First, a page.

Katrina Stirs Up Issue of Lead Levels in Soil Experts disagree on whether Katrina's floodwaters are the source of the high levels of contaminants in New Orleans' soil, or if the contaminates were there before the storm. What's not in dispute is that the lead, arsenic and other hazardous chemicals found in older neighborhoods needs to be cleaned up.
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Katrina Stirs Up Issue of Lead Levels in Soil

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Katrina Stirs Up Issue of Lead Levels in Soil

Katrina Stirs Up Issue of Lead Levels in Soil

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This is ALL THINGS CONSIDERED from NPR News. I'm Melissa Block.


And I'm Michele Norris in New Orleans. The sediment that covered much of New Orleans after the floodwaters from Hurricane Katrina still blanket some neighborhoods. State and federal officials have assured residents that it doesn't present a risk to people coming in to clean up. But some residents and scientists worry that contaminants in the sediment could pose long-term health risks for people who move back in, especially children. NPR's Elizabeth Shogren was in New Orleans to look into their concerns.


In New Orleans' Lower Ninth Ward, Pam Dashiell walks through a wasteland of collapsed houses and uprooted trees. She points to the crusty dark soil that covers most surfaces.

Ms. PAM DASHIELL: (Lower Ninth Ward Activist): That is sediment that came from the contaminated industrial canal.

SHOGREN: Dashiell is a long-time resident and community activist here.

Ms. DASHIELL: The sediments in the industrial canal were absolutely contaminated. Our neighborhood association had a study done that found all kinds of toxic sediments, heavy metals, arsenic lead and post-Katrina, all those same chemicals were found in the soil.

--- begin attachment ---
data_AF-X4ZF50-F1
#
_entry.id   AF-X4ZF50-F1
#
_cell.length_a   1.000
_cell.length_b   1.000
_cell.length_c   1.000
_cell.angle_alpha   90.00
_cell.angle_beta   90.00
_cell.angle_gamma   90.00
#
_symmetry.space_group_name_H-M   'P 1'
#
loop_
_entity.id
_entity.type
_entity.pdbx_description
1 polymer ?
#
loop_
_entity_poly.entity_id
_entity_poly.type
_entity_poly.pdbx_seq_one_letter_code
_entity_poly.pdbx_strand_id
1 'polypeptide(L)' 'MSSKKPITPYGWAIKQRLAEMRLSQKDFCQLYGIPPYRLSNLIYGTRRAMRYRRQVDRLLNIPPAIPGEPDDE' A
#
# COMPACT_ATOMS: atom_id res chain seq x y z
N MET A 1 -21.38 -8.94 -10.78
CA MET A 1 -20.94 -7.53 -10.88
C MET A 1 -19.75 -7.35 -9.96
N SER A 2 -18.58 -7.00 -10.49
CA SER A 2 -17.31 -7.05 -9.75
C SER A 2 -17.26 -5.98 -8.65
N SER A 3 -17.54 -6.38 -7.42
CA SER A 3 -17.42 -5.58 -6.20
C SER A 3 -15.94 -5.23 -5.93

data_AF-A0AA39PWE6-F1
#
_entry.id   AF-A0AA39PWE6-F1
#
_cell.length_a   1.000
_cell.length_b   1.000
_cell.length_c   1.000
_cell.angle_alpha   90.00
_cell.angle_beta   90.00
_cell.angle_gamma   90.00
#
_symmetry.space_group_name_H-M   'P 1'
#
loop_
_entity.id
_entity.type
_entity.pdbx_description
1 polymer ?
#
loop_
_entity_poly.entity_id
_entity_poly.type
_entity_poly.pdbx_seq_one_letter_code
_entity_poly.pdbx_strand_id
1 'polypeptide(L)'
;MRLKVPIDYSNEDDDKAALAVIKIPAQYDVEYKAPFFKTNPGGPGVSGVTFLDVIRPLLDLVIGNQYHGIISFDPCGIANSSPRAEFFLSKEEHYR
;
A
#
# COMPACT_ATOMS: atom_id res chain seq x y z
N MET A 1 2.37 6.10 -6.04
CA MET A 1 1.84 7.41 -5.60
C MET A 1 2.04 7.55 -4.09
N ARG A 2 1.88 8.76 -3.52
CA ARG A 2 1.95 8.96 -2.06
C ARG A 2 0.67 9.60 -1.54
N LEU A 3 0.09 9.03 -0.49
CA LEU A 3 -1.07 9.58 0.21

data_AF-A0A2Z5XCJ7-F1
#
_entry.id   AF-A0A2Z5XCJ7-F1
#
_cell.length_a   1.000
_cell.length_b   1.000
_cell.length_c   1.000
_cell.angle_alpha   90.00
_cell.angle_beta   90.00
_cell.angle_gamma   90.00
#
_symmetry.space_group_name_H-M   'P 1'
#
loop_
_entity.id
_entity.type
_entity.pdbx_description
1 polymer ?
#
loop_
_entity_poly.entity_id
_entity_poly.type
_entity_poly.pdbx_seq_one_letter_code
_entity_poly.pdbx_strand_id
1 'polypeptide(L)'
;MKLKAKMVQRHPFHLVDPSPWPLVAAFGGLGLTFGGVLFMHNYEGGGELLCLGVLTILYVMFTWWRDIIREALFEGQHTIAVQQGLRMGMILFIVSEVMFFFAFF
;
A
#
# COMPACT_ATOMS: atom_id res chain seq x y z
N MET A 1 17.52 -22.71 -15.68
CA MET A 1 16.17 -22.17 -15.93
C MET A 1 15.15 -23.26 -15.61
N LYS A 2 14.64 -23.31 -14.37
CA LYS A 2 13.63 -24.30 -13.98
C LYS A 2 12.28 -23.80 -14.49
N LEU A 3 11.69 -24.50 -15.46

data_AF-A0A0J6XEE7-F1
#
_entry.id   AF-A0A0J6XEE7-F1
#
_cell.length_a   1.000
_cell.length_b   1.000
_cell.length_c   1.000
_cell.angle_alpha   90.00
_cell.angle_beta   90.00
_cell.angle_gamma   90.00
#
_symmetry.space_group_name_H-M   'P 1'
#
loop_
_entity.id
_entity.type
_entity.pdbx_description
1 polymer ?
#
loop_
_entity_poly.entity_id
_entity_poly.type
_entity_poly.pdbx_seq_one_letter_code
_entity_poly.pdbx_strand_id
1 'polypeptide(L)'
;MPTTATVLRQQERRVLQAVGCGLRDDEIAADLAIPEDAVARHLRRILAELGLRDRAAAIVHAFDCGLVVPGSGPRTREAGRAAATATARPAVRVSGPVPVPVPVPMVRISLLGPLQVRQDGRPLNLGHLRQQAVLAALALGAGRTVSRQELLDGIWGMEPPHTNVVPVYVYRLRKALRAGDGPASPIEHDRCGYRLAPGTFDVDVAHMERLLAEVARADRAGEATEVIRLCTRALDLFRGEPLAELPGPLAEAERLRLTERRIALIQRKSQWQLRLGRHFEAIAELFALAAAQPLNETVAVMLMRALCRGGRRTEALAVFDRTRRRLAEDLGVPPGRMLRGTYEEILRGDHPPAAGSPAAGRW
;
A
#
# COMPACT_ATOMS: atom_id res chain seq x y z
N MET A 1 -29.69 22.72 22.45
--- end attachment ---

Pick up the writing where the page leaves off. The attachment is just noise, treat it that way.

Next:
SHOGREN: She says it's making it even harder for people to rebuild.

Ms. DASHIELL: You know, we you know, we want our children back. And children playing in an area that has toxic sediment, where the wind blows, etcetera, is not a scenario that any of us would like to see. We want a safe sanitary community.

SHOGREN: She wants the government to pay to remove that sediment and bring in clean dirt before rebuilding starts.

Tom Harris of the Louisiana State Department of Environmental Quality says the state and federal government have taken hundreds of soil samples. They show that in most places, it's safe for people to return.

Mr. TOM HARRIS (Louisiana State Department of Environmental Quality): We are seeing overwhelmingly sediment and soil concentrations that are below residential standards for long-term exposure. It's not as bad as was first reported, or we feared at first.